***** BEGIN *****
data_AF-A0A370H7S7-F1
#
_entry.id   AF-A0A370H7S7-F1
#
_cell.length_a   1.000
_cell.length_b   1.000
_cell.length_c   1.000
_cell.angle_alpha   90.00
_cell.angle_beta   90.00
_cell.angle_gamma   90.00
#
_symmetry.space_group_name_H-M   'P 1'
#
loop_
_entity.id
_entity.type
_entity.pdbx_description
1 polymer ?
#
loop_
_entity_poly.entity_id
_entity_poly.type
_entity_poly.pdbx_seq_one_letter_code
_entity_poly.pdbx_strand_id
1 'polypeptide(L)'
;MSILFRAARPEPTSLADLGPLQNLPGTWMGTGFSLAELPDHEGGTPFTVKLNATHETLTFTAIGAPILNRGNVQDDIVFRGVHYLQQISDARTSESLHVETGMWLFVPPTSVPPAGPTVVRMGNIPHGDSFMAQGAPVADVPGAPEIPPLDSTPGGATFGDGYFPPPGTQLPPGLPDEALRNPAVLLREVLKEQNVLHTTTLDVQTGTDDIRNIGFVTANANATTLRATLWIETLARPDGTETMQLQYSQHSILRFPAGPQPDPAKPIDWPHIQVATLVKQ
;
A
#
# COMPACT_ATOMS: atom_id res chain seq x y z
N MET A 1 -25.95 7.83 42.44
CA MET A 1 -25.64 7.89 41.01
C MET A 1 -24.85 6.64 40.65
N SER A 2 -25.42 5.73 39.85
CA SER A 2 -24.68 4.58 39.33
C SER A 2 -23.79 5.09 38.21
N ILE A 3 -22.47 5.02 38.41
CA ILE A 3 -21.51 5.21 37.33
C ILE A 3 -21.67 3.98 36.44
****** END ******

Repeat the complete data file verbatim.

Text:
data_AF-A0A370H7S7-F1
#
_entry.id   AF-A0A370H7S7-F1
#
_cell.length_a   1.000
_cell.length_b   1.000
_cell.length_c   1.000
_cell.angle_alpha   90.00
_cell.angle_beta   90.00
_cell.angle_gamma   90.00
#
_symmetry.space_group_name_H-M   'P 1'
#
loop_
_entity.id
_entity.type
_entity.pdbx_description
1 polymer ?
#
loop_
_entity_poly.entity_id
_entity_poly.type
_entity_poly.pdbx_seq_one_letter_code
_entity_poly.pdbx_strand_id
1 'polypeptide(L)'
;MSILFRAARPEPTSLADLGPLQNLPGTWMGTGFSLAELPDHEGGTPFTVKLNATHETLTFTAIGAPILNRGNVQDDIVFRGVHYLQQISDARTSESLHVETGMWLFVPPTSVPPAGPTVVRMGNIPHGDSFMAQGAPVADVPGAPEIPPLDSTPGGATFGDGYFPPPGTQLPPGLPDEALRNPAVLLREVLKEQNVLHTTTLDVQTGTDDIRNIGFVTANANATTLRATLWIETLARPDGTETMQLQYSQHSILRFPAGPQPDPAKPIDWPHIQVATLVKQ
;
A
#
# COMPACT_ATOMS: atom_id res chain seq x y z
N MET A 1 -25.95 7.83 42.44
CA MET A 1 -25.64 7.89 41.01
C MET A 1 -24.85 6.64 40.65
N SER A 2 -25.42 5.73 39.85
CA SER A 2 -24.68 4.58 39.33
C SER A 2 -23.79 5.09 38.21
N ILE A 3 -22.47 5.02 38.41
CA ILE A 3 -21.51 5.21 37.33
C ILE A 3 -21.67 3.98 36.44